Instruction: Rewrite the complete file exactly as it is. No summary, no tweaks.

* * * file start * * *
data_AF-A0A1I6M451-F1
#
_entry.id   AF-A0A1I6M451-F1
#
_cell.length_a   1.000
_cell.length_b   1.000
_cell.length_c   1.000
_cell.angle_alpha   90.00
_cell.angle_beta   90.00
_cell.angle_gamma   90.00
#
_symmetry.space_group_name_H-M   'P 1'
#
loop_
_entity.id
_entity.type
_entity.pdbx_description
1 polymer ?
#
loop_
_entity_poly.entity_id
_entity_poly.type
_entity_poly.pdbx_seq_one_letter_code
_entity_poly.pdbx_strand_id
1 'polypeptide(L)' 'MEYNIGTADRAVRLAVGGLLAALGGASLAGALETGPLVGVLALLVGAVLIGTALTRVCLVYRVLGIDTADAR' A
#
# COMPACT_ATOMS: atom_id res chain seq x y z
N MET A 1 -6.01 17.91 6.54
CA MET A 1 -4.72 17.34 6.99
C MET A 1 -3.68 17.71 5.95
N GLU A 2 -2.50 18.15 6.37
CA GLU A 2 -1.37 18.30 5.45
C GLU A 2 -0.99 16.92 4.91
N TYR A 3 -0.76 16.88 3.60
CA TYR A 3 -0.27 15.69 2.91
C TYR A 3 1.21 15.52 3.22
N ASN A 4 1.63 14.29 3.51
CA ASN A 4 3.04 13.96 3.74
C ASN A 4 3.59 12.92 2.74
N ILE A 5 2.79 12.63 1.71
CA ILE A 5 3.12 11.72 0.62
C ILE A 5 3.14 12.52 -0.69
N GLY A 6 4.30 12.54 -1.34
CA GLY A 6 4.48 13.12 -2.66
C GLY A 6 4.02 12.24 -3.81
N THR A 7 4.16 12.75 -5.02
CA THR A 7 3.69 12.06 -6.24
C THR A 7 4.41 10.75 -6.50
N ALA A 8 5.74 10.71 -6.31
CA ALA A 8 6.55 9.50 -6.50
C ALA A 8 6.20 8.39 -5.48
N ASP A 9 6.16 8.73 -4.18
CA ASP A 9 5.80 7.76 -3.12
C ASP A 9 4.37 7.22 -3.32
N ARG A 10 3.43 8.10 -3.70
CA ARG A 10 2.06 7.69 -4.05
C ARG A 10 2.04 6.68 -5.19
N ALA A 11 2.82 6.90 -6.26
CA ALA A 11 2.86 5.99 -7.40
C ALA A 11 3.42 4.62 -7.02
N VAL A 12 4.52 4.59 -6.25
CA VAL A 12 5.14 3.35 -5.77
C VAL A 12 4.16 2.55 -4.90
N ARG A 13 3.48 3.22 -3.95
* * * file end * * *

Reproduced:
data_AF-A0A1I6M451-F1
#
_entry.id   AF-A0A1I6M451-F1
#
_cell.length_a   1.000
_cell.length_b   1.000
_cell.length_c   1.000
_cell.angle_alpha   90.00
_cell.angle_beta   90.00
_cell.angle_gamma   90.00
#
_symmetry.space_group_name_H-M   'P 1'
#
loop_
_entity.id
_entity.type
_entity.pdbx_description
1 polymer ?
#
loop_
_entity_poly.entity_id
_entity_poly.type
_entity_poly.pdbx_seq_one_letter_code
_entity_poly.pdbx_strand_id
1 'polypeptide(L)' 'MEYNIGTADRAVRLAVGGLLAALGGASLAGALETGPLVGVLALLVGAVLIGTALTRVCLVYRVLGIDTADAR' A
#
# COMPACT_ATOMS: atom_id res chain seq x y z
N MET A 1 -6.01 17.91 6.54
CA MET A 1 -4.72 17.34 6.99
C MET A 1 -3.68 17.71 5.95
N GLU A 2 -2.50 18.15 6.37
CA GLU A 2 -1.37 18.30 5.45
C GLU A 2 -0.99 16.92 4.91
N TYR A 3 -0.76 16.88 3.60
CA TYR A 3 -0.27 15.69 2.91
C TYR A 3 1.21 15.52 3.22
N ASN A 4 1.63 14.29 3.51
CA ASN A 4 3.04 13.96 3.74
C ASN A 4 3.59 12.92 2.74
N ILE A 5 2.79 12.63 1.71
CA ILE A 5 3.12 11.72 0.62
C ILE A 5 3.14 12.52 -0.69
N GLY A 6 4.30 12.54 -1.34
CA GLY A 6 4.48 13.12 -2.66
C GLY A 6 4.02 12.24 -3.81
N THR A 7 4.16 12.75 -5.02
CA THR A 7 3.69 12.06 -6.24
C THR A 7 4.41 10.75 -6.50
N ALA A 8 5.74 10.71 -6.31
CA ALA A 8 6.55 9.50 -6.50
C ALA A 8 6.20 8.39 -5.48
N ASP A 9 6.16 8.73 -4.18
CA ASP A 9 5.80 7.76 -3.12
C ASP A 9 4.37 7.22 -3.32
N ARG A 10 3.43 8.10 -3.70
CA ARG A 10 2.06 7.69 -4.05
C ARG A 10 2.04 6.68 -5.19
N ALA A 11 2.82 6.90 -6.26
CA ALA A 11 2.86 5.99 -7.40
C ALA A 11 3.42 4.62 -7.02
N VAL A 12 4.52 4.59 -6.25
CA VAL A 12 5.14 3.35 -5.77
C VAL A 12 4.16 2.55 -4.90
N ARG A 13 3.48 3.22 -3.95